The Halloween holiday is rooted in Christian traditions.

Jimmy Kimmel has admitted he does not prefer Halloween. His non-preference, however, pales in significance when compared to Pat Robertson, the persistent televangelist. The staff of Kimmel's popular show did what only they can: stitched together a compilation of the camera loving preacher denouncing Halloween .

The right-wing preacher has spoken forcefully and repeatedly against Halloween, equating it with devil worship. Robertson describes performers as demons and tells his audience not to touch the drinks, which he claims compels the drinker to turn towards Satanism. The televangelist has also described techno music as another demonic element which pushes the unwary into the hands of Beelzebub and its unholy cohorts. Not surprisingly, the 86-year-old describes music DJs as demons.

In his message to conservative parents who unfortunately hold the same view as him, Robertson told them to tell their children the truth. The children should be taught the devil wants them and it wants to destroy them. To do this, Satan will put everything nice in their path so that doing bad things will seem like a fun thing to do. He described Halloween as a time when the devil rejoices.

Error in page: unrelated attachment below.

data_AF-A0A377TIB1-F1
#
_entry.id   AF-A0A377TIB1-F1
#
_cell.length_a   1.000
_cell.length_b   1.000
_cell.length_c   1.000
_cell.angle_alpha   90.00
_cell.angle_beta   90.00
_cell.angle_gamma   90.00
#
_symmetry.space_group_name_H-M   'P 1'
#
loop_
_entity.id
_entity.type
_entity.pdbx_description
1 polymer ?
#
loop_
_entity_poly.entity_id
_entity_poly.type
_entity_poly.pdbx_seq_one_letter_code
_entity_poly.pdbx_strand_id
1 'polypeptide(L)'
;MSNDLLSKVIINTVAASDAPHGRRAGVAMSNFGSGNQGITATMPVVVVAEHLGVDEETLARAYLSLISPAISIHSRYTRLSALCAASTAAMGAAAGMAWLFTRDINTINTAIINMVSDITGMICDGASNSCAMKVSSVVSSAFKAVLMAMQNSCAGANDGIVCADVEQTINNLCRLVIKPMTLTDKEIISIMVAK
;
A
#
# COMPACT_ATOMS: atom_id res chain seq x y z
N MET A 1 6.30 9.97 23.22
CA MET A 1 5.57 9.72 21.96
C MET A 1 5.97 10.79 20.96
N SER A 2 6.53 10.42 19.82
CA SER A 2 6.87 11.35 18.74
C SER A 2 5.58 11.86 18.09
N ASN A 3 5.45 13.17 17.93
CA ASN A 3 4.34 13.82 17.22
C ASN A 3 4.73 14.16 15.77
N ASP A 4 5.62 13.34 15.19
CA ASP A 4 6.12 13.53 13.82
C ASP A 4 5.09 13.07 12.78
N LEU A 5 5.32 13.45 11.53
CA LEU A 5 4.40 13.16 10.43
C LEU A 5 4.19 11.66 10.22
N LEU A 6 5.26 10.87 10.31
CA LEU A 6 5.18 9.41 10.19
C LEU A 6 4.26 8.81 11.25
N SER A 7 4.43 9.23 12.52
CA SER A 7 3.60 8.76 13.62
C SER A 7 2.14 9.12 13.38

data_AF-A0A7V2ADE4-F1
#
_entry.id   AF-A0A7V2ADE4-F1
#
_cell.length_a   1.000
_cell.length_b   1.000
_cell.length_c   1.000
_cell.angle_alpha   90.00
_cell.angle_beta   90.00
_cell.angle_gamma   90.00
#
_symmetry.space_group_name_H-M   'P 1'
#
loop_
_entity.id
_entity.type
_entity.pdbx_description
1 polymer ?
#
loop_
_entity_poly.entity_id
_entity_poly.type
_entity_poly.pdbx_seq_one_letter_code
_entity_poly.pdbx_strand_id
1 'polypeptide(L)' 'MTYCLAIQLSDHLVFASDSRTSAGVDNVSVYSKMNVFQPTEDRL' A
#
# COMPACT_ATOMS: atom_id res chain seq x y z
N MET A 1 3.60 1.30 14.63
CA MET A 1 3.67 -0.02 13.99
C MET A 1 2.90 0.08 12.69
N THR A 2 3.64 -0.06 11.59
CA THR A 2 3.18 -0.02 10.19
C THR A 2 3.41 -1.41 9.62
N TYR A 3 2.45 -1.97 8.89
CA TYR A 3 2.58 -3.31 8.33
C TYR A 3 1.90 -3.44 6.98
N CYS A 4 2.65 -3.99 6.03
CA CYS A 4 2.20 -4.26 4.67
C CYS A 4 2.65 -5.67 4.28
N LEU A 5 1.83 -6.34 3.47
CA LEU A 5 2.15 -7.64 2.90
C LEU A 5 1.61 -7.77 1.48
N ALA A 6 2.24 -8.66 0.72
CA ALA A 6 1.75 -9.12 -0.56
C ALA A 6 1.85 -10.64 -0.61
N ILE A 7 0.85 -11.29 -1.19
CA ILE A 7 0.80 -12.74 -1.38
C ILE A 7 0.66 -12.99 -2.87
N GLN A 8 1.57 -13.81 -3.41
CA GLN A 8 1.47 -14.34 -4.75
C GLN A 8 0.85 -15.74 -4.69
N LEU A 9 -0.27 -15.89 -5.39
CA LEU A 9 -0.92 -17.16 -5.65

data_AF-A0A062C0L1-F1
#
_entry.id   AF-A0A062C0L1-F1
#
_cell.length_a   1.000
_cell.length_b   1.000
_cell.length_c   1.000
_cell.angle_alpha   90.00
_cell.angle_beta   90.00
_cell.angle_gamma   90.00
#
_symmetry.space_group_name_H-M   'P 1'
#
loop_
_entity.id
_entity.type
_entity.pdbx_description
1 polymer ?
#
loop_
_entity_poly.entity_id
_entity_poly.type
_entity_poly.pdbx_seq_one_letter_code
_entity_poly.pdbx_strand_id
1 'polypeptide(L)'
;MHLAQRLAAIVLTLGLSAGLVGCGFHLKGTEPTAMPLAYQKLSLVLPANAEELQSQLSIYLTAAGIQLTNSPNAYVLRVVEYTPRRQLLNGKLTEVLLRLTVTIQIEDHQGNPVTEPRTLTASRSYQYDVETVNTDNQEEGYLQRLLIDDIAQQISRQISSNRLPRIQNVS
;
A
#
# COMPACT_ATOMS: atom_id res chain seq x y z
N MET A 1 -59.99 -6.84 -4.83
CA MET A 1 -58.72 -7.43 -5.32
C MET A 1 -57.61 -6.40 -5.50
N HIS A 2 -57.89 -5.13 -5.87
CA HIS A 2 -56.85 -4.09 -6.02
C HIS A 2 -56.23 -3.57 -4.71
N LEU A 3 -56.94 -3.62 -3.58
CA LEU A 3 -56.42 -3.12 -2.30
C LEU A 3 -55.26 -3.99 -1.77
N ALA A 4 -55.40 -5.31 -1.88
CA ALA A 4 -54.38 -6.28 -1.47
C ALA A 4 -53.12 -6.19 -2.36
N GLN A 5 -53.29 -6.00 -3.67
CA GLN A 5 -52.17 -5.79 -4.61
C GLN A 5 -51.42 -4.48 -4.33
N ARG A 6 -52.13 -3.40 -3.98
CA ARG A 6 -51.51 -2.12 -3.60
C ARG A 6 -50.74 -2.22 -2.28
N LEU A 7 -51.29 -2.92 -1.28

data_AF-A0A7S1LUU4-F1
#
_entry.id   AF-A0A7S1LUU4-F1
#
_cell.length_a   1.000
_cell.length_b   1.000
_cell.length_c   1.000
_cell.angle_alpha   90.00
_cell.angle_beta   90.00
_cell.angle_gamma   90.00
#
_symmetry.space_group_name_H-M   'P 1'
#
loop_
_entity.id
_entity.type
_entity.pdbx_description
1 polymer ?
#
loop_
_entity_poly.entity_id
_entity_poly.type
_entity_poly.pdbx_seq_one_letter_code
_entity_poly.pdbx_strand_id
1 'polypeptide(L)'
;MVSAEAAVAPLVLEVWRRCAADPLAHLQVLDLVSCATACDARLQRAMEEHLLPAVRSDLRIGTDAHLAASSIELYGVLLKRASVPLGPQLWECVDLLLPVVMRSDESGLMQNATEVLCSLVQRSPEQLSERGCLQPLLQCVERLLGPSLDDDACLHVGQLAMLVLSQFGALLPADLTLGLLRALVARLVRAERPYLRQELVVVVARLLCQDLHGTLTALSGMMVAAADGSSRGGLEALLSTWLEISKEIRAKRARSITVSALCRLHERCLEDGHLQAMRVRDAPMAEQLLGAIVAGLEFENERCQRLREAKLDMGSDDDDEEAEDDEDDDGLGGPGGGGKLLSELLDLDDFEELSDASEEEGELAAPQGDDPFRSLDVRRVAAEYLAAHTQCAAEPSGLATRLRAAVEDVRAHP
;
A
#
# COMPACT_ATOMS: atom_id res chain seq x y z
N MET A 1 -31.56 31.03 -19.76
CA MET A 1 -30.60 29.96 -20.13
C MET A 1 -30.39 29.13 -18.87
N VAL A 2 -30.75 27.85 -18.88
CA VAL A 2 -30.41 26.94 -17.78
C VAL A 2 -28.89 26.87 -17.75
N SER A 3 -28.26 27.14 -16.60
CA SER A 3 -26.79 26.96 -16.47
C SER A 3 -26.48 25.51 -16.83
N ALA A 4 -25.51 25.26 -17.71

For the common people, Robertson's rants against this October 31 event is nothing new. The preacher hates Halloween so much that he blamed the event for the devastating earthquake which destroyed Haiti in 2010. He said that children unwittingly dress as “devils, witches and goblins.” For anxious parents, he also has a viable solution.

Robertson preached to concerned conservative parents that churches should celebrate alternative kinds of Halloween celebrations. These festivals should have all the elements which young people crave- pretty girls and handsome boys. Robertson is not alone in his fanaticism. A survey by LifeWay Research has confirmed that about 1,000 Protestant pastors hold identical views. They also urge their flock to attend church events during Halloween or any other fall festivals or judgment house.

The irony is that Halloween has its roots in Christian traditions. The event can be likened with Feast of All Souls and Feast of All Saints. Scott Bruce, a professor of history at Colorado University, said the festival has its origins when poor people during times of All Souls and All Saints will knock from one residence to another, expecting a morsel of food. This is termed as “souling.” Most households gave a sweet shaped like a wafer. Those who gave the soul food, in turn, expected good things for the soul.

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